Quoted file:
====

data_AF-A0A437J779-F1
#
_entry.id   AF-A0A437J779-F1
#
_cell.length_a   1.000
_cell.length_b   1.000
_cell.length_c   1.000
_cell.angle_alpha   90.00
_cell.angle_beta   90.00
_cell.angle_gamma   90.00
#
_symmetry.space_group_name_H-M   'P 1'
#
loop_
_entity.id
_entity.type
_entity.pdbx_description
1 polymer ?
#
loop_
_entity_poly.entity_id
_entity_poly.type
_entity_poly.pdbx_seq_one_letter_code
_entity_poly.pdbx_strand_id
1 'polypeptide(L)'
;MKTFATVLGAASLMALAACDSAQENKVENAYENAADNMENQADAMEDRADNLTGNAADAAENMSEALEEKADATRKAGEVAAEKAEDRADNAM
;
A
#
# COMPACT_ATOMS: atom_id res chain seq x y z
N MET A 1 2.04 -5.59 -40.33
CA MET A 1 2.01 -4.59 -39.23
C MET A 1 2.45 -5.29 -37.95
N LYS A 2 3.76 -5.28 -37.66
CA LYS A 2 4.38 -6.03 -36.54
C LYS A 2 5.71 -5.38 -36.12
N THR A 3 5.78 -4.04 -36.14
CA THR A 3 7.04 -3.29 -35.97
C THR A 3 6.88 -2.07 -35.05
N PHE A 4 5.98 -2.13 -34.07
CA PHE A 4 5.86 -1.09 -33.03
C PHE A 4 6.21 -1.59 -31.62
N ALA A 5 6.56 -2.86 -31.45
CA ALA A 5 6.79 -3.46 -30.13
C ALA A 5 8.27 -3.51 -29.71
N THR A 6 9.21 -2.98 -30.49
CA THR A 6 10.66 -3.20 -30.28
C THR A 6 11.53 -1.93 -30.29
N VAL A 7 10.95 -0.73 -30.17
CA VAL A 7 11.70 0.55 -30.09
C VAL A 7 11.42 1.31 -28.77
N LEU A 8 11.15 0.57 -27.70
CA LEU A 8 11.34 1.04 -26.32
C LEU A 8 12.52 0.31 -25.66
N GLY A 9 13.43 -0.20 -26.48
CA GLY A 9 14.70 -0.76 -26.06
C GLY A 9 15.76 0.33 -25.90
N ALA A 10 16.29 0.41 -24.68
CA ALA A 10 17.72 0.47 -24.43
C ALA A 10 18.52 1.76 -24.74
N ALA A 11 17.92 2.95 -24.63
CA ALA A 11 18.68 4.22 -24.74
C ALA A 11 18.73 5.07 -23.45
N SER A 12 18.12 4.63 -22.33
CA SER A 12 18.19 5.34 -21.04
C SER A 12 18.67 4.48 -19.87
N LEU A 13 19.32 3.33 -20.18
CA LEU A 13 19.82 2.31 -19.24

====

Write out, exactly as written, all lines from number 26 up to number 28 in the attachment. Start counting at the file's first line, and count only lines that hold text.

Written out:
;MKTFATVLGAASLMALAACDSAQENKVENAYENAADNMENQADAMEDRADNLTGNAADAAENMSEALEEKADATRKAGEVAAEKAEDRADNAM
;
A